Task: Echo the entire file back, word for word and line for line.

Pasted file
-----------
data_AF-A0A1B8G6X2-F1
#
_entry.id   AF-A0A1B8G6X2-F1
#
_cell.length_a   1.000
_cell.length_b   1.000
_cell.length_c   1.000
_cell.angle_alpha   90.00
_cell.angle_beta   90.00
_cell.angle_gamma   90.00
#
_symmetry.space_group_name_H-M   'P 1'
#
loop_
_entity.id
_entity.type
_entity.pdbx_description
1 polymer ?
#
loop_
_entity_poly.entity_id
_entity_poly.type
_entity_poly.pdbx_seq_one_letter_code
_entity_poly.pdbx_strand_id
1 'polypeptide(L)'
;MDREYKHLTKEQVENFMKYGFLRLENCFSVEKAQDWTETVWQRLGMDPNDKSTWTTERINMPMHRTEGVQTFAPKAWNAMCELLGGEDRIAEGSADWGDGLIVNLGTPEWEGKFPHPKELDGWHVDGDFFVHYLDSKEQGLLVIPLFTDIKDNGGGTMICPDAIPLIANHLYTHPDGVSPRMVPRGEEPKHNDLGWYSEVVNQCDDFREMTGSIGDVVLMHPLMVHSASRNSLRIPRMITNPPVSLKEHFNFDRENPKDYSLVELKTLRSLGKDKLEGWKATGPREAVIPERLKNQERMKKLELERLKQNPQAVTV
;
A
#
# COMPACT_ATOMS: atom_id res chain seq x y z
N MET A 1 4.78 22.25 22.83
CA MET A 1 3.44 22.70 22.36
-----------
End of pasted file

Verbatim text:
data_AF-A0A1B8G6X2-F1
#
_entry.id   AF-A0A1B8G6X2-F1
#
_cell.length_a   1.000
_cell.length_b   1.000
_cell.length_c   1.000
_cell.angle_alpha   90.00
_cell.angle_beta   90.00
_cell.angle_gamma   90.00
#
_symmetry.space_group_name_H-M   'P 1'
#
loop_
_entity.id
_entity.type
_entity.pdbx_description
1 polymer ?
#
loop_
_entity_poly.entity_id
_entity_poly.type
_entity_poly.pdbx_seq_one_letter_code
_entity_poly.pdbx_strand_id
1 'polypeptide(L)'
;MDREYKHLTKEQVENFMKYGFLRLENCFSVEKAQDWTETVWQRLGMDPNDKSTWTTERINMPMHRTEGVQTFAPKAWNAMCELLGGEDRIAEGSADWGDGLIVNLGTPEWEGKFPHPKELDGWHVDGDFFVHYLDSKEQGLLVIPLFTDIKDNGGGTMICPDAIPLIANHLYTHPDGVSPRMVPRGEEPKHNDLGWYSEVVNQCDDFREMTGSIGDVVLMHPLMVHSASRNSLRIPRMITNPPVSLKEHFNFDRENPKDYSLVELKTLRSLGKDKLEGWKATGPREAVIPERLKNQERMKKLELERLKQNPQAVTV
;
A
#
# COMPACT_ATOMS: atom_id res chain seq x y z
N MET A 1 4.78 22.25 22.83
CA MET A 1 3.44 22.70 22.36